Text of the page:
Fig. 2. Historical and current distribution of Tulotoma magnifica. Filled circles represent a single or two closely located collection sites (after Hershler et al. 1990). Map modified from the U.S. Geological Survey 1:500,000 scale--State of Alabama sheet (1970 ed.).
Fig. 3. Illustration of a representative species of the extinct slitshell genus Gyrotoma from Butting Ram Shoals, Coosa River, Alabama. Courtesy A.E. Bogan
The uncertainty expressed in the diversity of the historical gastropod fauna presented in Table 1 is indicative of our lack of information regarding all aspects of the historical gastropod fauna of the Mobile Bay basin. There are a lack of detailed data on the ecology and life history of all of the species, and a paucity of distributional information for most of the families other than the Pleuroceridae, making estimation of gastropod diversity by drainage difficult.
Declining species diversity can be directly linked to the inundation of the shoal areas of the rivers of the Mobile Bay basin by impoundment and siltation resulting from a variety of watershed disturbances, including 33 major dams for hydroelectric generation, locks and flood control on the major rivers of the Mobile Bay basin, and numerous smaller impoundments on tributary rivers and streams. Most gastropods inhabiting shoal areas are gill-breathing species typically grazing on the plant life growing on the rock substrate in shallow riffle and shoal areas. They formerly lived on rocks in the shallow shoal areas with highly oxygenated water. The pleurocerid gastropod fauna represented a significant portion of the invertebrate biomass living on these shoal areas.
When this habitat was impounded, the snails were not able to survive the deep, cold, and often oxygen-depleted water. Many areas not impounded have suffered because of the heavy siltation of shoal areas, smothering the plant life that formed the diet of these gastropods. Major sources of siltation include poor agricultural and silvicultural practices, lack of riparian buffer zones, and generally poor land-use practices. The drastic decline in gastropod diversity is especially evident in the Coosa River main channel where numerous species formerly found on shoals have disappeared after the damming of the river (Bogan and Pierson 1993a). Other species have had their ranges fragmented by the damming of the rivers and have become restricted to the unimpounded areas below the dams with clean current-swept gravel and bedrock outcrops.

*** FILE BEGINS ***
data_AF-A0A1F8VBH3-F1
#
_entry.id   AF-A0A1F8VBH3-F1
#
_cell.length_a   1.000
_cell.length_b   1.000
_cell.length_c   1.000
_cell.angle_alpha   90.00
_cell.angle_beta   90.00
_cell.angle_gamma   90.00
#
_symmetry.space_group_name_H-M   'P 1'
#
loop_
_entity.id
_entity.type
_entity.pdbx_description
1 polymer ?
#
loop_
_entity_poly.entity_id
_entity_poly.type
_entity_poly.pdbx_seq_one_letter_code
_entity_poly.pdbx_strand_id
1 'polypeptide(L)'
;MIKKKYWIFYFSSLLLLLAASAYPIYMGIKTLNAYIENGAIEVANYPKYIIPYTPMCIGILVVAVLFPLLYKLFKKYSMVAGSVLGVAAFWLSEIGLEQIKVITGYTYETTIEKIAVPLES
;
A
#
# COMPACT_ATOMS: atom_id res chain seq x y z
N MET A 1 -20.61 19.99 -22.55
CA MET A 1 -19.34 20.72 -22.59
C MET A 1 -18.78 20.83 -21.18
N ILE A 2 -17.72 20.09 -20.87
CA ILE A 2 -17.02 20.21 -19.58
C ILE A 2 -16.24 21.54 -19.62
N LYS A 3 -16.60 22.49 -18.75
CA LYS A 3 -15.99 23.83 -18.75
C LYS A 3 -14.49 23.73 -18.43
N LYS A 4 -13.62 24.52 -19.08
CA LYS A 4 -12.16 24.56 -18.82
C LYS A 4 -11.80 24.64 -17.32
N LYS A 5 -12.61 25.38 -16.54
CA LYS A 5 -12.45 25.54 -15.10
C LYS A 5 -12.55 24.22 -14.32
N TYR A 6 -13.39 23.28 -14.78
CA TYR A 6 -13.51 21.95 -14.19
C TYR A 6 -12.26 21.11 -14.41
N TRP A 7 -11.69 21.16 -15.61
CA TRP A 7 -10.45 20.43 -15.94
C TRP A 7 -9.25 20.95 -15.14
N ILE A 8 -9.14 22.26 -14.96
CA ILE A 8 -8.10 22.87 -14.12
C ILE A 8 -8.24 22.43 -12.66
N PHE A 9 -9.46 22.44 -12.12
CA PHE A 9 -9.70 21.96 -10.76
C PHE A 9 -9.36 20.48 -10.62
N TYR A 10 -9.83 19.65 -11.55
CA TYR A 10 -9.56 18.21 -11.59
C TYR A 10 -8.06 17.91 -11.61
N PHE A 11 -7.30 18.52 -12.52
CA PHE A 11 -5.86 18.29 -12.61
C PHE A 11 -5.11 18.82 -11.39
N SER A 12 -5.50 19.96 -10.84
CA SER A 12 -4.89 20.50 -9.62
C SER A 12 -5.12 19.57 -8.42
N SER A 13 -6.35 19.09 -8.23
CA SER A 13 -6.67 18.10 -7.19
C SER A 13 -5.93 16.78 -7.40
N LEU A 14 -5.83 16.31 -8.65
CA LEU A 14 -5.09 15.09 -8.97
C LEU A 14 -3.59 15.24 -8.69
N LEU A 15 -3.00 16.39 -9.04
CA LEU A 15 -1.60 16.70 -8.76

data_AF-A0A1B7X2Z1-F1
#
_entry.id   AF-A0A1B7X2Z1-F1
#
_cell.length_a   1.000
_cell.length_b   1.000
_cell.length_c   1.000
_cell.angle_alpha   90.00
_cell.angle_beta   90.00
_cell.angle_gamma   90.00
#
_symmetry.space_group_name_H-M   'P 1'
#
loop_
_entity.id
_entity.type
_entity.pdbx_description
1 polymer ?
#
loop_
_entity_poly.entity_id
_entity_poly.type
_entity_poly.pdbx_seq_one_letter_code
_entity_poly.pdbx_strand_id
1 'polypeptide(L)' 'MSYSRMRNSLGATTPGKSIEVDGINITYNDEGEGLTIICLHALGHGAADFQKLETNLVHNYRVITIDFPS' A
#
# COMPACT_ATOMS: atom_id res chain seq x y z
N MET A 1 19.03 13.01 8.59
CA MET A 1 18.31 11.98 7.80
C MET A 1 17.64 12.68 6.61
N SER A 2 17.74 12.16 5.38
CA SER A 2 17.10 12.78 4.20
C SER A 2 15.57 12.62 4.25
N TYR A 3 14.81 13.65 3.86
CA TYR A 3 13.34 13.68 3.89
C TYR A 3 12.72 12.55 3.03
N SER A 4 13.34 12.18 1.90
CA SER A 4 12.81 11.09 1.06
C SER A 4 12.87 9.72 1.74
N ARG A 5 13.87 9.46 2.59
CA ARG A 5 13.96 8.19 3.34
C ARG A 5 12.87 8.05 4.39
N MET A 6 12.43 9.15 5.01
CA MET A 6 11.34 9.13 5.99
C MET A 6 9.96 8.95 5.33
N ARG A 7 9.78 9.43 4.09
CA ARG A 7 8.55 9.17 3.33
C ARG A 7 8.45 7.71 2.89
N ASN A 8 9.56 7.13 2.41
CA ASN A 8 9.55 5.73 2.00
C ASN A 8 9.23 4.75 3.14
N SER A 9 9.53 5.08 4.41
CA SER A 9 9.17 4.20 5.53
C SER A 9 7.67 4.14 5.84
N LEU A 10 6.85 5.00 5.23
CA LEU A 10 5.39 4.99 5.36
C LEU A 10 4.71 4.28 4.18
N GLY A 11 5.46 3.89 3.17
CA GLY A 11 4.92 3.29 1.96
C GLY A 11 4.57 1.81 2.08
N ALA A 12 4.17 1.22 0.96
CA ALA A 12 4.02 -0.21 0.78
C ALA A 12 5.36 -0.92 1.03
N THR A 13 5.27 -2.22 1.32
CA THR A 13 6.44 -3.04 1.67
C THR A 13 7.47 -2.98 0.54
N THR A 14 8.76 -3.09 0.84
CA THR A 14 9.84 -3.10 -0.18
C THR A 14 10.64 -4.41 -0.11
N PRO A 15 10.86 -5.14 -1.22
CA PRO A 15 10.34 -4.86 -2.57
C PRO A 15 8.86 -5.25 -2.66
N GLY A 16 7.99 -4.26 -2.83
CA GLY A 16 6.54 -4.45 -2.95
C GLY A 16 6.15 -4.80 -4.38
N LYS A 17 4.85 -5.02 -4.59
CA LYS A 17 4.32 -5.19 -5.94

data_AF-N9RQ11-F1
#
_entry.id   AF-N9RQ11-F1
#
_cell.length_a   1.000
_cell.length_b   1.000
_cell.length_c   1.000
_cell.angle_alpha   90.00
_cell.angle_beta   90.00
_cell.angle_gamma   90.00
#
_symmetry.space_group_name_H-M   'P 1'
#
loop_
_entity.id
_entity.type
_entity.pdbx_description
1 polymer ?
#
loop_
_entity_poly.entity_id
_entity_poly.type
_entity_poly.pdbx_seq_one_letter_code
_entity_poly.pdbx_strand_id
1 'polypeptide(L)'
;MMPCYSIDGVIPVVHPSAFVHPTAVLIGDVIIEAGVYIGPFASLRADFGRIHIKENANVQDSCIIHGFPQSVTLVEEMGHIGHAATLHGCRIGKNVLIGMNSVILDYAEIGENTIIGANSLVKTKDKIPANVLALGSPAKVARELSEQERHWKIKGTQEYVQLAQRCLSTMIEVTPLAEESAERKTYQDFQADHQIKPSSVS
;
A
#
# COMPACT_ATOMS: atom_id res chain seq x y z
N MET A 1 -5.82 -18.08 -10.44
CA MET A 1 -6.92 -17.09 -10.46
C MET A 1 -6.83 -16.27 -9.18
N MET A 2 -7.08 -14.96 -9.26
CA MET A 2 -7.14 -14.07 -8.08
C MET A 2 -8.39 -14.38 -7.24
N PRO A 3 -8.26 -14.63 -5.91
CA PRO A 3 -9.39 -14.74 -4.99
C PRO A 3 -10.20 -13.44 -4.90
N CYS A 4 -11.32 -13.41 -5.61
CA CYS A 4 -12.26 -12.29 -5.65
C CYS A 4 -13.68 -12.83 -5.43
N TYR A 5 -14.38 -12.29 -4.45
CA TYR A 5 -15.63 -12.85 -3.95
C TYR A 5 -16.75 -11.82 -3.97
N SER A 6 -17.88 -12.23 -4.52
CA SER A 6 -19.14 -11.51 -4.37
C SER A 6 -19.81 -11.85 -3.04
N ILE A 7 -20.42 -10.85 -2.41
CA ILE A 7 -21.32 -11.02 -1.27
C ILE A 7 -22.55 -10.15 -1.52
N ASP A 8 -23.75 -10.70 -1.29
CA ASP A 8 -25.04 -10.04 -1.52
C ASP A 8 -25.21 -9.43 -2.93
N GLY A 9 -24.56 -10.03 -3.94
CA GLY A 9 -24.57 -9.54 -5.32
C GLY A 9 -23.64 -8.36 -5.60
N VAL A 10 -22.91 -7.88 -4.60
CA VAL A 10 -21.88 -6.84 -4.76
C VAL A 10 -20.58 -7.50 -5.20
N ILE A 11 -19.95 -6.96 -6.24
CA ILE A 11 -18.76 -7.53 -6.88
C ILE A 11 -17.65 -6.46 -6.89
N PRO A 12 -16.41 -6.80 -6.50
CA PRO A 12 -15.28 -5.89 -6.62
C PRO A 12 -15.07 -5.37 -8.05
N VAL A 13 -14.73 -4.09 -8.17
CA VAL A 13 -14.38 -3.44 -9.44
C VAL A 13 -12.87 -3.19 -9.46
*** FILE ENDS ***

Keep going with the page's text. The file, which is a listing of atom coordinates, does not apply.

Tulotoma magnifica (Figs. 1 and 2) is the only aquatic gastropod now federally listed as endangered; none is listed as threatened, although 104 species of aquatic gastropods from Alabama are on the federal candidate list. Most are from the Coosa and the Cahaba rivers (Table 1). Conservation and recovery of the remaining diversity will require immediate action to prevent further declines and extinctions. This will necessitate action to improve water quality across the basin and to decrease the amount of silt entering the streams and rivers. In addition, the survey of the aquatic gastropod fauna of the Mobile Bay basin is not complete, and additional fieldwork in the main channels of the larger rivers is needed, especially on the vertical limestone wall habitats.
For further information:
Arthur E. Bogan
Freshwater Molluscan Research
36 Venus Way
Sewell, NJ 08080